I don't have a problem with Ebay stuff nowadays. As mentioned above, you get a printed label for faulty returns. Quite frequently you'll find companies that advertise those sort of spares are big concerns in the UK. As for China, you'll be amazed how often you find 'Made in China'. 

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Re: To repair... or not repair.

@Minivanman 

Whilst I can understand you wanting to do the job yourself to save a few pounds it might be better to contact someone who supplies these cookers to come out and do the repair as it's quite possible they might have spares  despite the  manafacturer not having them.

If you ask them to do a free quote for the repair that costs you nothing and from that point you can decide if the cost is worth it, I guess in most cases it will be a lot cheaper than a new cooker and any repair or replacement part will come with a guarantee.

Minivanman
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Re: To repair... or not repair.

@Luzern 

The part needed is a theromostat for the grill (it sits behind the control knob) and as it so happens my younger brother bought a much older (and bigger) second hand rangemaster last year and which needed a similar part so he went to his local spares supplier in Llanelli. The guy insisted on taking the cookers back to his workshop - these things are really heavy but can be run out on internal rollers - following which he phoned up my brother a week later and said it would cost £90 just for the thermosat! God only knows what the labour charge would have been. He was told in no uncertain terms what to do with that quote and to bring the cooker back tout suit - which of course he had to.

Anyways, heard back from Rangmaster earlier this morning and they have given a contact for a supplier - but it is one I have emailed three times in the last two weeks with no reply other than an acknowledgement, and that they would reply to me "with 48 hours".

:crazy2:

 

Minivanman
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Re: To repair... or not repair.

@gleneagles 

I might have to do that.

Called into the shop Monday just gone where we bought the cooker from - told me they got their spares out a catalogue from a company that only deals "with the trade" and so "no, they could not help.... sorry".

You can bet your life they could if I asked the testicle squeezers to come out and fix it!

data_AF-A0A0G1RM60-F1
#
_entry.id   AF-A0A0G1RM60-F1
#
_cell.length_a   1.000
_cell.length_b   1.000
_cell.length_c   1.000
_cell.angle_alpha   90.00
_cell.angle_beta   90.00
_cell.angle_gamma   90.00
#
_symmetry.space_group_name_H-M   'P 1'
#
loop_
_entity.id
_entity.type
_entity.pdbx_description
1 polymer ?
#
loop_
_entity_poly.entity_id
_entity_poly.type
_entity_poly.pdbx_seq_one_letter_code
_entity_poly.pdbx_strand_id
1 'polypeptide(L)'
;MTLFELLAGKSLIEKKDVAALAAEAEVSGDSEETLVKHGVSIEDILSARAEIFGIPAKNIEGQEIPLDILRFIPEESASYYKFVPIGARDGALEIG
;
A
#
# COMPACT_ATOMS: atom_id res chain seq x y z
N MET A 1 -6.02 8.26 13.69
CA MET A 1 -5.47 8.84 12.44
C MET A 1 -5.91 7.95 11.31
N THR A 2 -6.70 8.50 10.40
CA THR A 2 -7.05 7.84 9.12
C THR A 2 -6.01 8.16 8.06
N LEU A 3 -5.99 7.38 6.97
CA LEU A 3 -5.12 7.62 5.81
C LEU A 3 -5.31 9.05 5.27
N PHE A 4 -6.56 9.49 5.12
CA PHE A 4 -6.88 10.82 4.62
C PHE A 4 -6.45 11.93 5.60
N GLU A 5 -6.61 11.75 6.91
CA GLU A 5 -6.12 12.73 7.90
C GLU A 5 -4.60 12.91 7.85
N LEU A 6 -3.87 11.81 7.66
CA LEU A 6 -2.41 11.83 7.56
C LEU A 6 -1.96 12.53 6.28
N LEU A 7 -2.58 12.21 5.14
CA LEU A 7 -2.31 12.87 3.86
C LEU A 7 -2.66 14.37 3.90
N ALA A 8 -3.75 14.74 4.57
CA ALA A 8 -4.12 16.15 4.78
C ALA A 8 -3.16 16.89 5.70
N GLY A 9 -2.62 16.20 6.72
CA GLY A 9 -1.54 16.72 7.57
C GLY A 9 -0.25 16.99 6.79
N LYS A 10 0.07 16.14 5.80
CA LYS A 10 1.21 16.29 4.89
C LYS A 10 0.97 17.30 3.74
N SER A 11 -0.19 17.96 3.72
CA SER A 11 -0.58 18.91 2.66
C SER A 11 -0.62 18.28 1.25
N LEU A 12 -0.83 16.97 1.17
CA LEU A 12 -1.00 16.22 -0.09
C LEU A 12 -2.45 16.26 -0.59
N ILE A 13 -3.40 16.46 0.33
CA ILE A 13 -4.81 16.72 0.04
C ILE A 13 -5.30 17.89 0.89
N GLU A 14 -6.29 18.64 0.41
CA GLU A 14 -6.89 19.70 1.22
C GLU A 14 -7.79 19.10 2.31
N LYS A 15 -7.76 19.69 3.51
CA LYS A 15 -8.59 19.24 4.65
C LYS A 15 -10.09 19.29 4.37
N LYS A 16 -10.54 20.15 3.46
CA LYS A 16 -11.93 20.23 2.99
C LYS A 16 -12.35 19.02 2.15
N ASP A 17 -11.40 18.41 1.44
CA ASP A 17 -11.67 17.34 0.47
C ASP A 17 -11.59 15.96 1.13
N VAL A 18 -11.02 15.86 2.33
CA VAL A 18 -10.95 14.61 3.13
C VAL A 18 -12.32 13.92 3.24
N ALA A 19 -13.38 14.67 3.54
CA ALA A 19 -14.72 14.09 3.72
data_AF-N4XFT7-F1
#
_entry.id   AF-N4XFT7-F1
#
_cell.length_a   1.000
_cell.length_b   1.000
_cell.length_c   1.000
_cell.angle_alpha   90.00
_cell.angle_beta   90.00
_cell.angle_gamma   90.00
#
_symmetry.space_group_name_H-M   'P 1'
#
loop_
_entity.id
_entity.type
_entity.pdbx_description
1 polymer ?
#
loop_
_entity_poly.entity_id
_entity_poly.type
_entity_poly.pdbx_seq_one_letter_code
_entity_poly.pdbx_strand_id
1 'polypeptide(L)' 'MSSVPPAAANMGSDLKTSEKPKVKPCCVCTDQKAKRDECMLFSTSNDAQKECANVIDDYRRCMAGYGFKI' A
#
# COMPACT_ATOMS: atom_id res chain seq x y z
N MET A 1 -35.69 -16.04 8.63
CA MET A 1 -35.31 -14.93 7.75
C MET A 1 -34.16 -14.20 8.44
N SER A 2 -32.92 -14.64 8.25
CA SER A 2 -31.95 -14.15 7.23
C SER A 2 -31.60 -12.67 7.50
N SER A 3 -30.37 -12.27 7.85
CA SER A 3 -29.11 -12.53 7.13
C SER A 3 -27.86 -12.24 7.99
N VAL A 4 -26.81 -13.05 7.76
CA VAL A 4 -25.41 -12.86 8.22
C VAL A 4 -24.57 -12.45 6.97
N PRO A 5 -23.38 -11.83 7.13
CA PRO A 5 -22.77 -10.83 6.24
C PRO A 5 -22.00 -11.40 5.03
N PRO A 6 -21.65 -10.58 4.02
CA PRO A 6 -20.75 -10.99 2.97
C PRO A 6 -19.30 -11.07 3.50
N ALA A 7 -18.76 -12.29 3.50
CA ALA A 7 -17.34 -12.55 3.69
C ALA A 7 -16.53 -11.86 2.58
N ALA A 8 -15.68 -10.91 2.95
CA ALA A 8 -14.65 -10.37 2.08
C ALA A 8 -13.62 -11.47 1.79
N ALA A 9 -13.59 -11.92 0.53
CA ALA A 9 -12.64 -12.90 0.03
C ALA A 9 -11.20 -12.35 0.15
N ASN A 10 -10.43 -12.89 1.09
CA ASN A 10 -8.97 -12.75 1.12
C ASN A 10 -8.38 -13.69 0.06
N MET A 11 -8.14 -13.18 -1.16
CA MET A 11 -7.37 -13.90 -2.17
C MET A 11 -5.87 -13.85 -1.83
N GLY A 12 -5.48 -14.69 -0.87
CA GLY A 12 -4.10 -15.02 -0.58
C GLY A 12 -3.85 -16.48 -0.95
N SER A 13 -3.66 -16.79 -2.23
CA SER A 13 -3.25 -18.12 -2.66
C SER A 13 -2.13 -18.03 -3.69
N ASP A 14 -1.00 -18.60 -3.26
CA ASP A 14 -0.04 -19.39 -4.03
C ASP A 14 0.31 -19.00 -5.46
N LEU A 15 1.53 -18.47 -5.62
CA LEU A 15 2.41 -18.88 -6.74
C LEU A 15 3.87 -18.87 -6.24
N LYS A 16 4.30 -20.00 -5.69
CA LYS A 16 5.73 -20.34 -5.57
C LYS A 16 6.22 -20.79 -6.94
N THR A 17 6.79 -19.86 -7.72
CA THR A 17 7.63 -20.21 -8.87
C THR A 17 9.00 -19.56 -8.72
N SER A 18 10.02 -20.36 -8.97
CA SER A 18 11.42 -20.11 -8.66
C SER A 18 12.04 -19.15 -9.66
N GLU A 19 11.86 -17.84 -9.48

PS. Buy a new one? A new Rangemaster cooker would cost me well over a grand now, so I don't think so. :smiley:

Rangemaster_Classic90_DF_BL (2).jpg

 

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Re: To repair... or not repair.

@Minivanman, If you paid 1K for that 10 years ago then that's £100 per year over its lifetime so far making that just under £2 per week as the cost of ownership but is that good value for money? I'm not convinced myself.

Minivanman
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Re: To repair... or not repair.

Well I'm happy to consider it value for money, but only if I can repair it!

Our (New World) gas cooker we had at home was still working forty years later, and only died and was dumped after my old Mum did.

Lots more examples I'm sure.  

 

 

Longliner
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Re: To repair... or not repair.

No question we're in a throwaway society. Cars are reckoned to have a seven-year life after which we go and buy a new one (they wish!). Our gas boiler has a lifetime guarantee – you've guessed it, seven years. Our £800 Miele washing machine – seven years.

 

The UK courts consider that six years is a reasonable life expectancy for many household appliances, and in many cases have ordered compensation for failure less of course a hefty slice for wear and tear during those six years.

 

Still goes against the grain of grumpy old gits like me to throw out perfectly good products for want of an easily replaced component. In fairness the latest machinery, notably electronics, often has better performance.

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Re: To repair... or not repair.

@Longliner, the main reason electronics are more reliable is due to limited number of moving parts in them. That is why if anyone uses, for example, a mechanical hard drive you must back it up, as its not if it breaks but when.